Some friends of mine recently lost their son to leukemia (it’s actually a much longer story than that).  Their pain is too great and too profound for me to even attempt to capture it in words, so I won’t try.  Anyway, the daddy of this sweet child mentioned in a Facebook post that he had been listening to a voice message on his cell phone over and over just to hear his precious son’s raspy little voice again.

Reading this, I felt my friend’s pain–at least in part–for a split second and bawled like a baby.

I get it.  There’s nothing more comforting than hearing a loved one’s voice.  When my husband Todd is out of town, I wait for his call like a teenager.  The pictures on my phone are not enough.  When my kids are sad or struggling, I have to hear their voices to know if they are really okay.  When I’m upset about something and trying to be brave about it, my mother’s voice is my undoing.  I have dozens of pictures of my grandparents, but the occasional dreams in which I hear their voices are treasured gifts.

What I really want is to hear God’s voice.

I know He’s near as surely as I know the ground I’m standing on is solid.  I feel His presence.  I see His reflection in the world around me.  I have no doubts.

But I want to hear His voice.

I’ve been told that the Bible is God’s love letter to mankind, to me.  Now, I could argue against that statement if I were feeling ornery, but I won’t.  It’s a nice thought, and, on some level, it’s true.  However, I realized that I’ve been approaching my Bible like a textbook, a horoscope at times, and I’ve been missing out.

So, I’m trying something new.  Throwing my normal Bible study habits out the window for now, I’ve started picking up my Bible and reading it just because, no daily reading requirement, no list of questions to answer, no writing project or Sunday school lesson in mind.  When my writer, minister’s wife, English teacher self shows up,  I tell her to hush and take a seat.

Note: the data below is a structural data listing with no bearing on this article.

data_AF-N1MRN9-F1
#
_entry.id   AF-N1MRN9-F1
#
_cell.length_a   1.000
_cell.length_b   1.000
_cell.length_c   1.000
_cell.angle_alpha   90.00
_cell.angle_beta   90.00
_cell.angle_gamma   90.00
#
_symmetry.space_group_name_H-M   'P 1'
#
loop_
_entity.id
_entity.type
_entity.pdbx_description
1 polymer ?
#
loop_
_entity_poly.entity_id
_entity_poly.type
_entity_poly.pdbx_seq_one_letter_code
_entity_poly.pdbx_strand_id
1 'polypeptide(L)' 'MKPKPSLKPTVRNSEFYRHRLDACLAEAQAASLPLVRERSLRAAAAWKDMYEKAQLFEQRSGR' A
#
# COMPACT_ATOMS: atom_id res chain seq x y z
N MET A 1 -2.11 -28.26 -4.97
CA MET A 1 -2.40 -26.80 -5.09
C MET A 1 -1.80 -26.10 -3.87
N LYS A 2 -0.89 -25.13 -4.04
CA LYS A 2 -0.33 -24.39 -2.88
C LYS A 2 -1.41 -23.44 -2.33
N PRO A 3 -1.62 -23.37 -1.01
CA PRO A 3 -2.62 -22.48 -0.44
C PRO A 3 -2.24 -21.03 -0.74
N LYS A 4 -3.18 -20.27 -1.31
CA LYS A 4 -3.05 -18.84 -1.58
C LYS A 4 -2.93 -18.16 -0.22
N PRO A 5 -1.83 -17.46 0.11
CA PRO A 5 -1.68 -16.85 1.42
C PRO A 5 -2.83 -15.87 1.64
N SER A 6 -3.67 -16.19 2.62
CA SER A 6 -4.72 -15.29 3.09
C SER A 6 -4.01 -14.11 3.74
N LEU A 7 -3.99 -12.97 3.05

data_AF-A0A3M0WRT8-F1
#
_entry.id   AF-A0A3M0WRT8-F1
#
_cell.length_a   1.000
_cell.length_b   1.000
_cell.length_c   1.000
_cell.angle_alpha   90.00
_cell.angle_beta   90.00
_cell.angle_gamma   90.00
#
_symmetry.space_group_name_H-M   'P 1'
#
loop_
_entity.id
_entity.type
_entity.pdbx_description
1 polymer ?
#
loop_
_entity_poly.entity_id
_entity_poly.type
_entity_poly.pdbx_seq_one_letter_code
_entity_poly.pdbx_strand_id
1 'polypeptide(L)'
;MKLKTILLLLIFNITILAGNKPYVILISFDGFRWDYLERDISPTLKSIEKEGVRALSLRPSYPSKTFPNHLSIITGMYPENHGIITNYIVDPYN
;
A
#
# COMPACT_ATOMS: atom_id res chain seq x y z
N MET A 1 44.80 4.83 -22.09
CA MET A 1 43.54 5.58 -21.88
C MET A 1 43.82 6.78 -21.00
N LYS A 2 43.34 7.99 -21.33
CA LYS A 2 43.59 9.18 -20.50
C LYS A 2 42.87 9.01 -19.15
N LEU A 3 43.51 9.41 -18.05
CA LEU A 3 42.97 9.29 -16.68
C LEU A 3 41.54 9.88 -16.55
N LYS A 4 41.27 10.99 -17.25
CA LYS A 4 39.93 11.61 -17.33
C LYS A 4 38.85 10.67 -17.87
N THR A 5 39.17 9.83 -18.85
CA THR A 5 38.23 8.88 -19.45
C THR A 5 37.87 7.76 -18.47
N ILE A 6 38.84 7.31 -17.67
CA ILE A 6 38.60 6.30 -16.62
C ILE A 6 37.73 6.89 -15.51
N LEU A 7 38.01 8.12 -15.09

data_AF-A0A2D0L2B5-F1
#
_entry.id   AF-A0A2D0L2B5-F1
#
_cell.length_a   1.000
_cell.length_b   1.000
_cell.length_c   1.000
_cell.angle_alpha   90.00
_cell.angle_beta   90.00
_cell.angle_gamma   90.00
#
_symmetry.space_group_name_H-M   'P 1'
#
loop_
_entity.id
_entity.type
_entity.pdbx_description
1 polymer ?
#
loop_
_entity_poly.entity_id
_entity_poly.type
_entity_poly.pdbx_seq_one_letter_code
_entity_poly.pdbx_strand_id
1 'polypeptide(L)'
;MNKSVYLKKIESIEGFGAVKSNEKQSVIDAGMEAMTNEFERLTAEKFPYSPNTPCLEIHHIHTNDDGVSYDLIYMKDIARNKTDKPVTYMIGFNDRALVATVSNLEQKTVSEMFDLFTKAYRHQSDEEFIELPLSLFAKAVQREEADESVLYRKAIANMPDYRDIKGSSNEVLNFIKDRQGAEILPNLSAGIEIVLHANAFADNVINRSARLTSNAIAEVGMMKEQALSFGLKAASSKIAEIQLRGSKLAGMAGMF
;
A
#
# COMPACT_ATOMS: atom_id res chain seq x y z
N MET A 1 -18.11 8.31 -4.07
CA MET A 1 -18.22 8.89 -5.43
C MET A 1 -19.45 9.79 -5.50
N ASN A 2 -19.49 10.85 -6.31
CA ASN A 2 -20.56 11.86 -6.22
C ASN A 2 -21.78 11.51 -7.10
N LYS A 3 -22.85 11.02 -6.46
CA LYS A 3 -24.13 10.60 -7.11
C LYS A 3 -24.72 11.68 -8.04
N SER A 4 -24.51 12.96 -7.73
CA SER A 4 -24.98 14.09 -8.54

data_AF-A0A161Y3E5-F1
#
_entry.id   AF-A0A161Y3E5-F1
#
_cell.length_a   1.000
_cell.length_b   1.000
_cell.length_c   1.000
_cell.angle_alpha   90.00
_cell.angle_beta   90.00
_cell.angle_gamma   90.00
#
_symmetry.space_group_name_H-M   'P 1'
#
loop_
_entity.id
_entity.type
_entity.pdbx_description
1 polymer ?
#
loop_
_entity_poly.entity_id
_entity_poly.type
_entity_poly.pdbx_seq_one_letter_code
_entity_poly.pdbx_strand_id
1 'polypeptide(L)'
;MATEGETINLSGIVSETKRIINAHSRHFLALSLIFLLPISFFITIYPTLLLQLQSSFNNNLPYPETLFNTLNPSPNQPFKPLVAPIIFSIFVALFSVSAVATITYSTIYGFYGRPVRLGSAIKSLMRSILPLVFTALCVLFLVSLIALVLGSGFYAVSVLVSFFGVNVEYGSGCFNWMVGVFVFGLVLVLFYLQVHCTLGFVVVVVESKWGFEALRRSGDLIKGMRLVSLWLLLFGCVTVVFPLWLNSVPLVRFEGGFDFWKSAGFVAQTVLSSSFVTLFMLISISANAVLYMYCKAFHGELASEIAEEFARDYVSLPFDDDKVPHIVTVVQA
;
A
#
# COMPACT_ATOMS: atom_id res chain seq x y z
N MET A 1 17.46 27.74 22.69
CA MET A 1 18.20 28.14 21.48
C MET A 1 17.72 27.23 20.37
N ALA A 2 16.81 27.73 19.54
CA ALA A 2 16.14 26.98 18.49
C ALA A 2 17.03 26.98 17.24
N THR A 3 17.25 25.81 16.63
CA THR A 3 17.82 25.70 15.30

In doing so, I’ve experienced in a fresh way something I already knew to be true.  Did you know that the ragged, twenty-year-old study Bible that’s traveled with me to school, camp, church, etc., the one I read every day is, in fact, the inspired Word of God?

I’d almost forgotten.

In essence, it is a printed recording of my Heavenly Father’s voice.  When I open my heart and allow the Holy Spirit to bring it to life, I hear God’s voice, feel the vibrations of it in my soul much as I imagine a deaf person experiences the voice of a loved one by placing his fingers gently hands on their throat and watching their mouth move.  A miracle, really.

While it’s true that His words are sometimes difficult to accept–like everyone else, I need a lot of correction–I love the feel of my Father’s voice and welcome anything and everything He wants to say to me, pleasant or unpleasant though it may be to hear in the moment.

He loves me, and I trust Him.

Like a lullaby, God’s Word soothes my soul.  Like affection, His voice thrills my heart.  Lately, I can’t get enough, and I keep reading just because.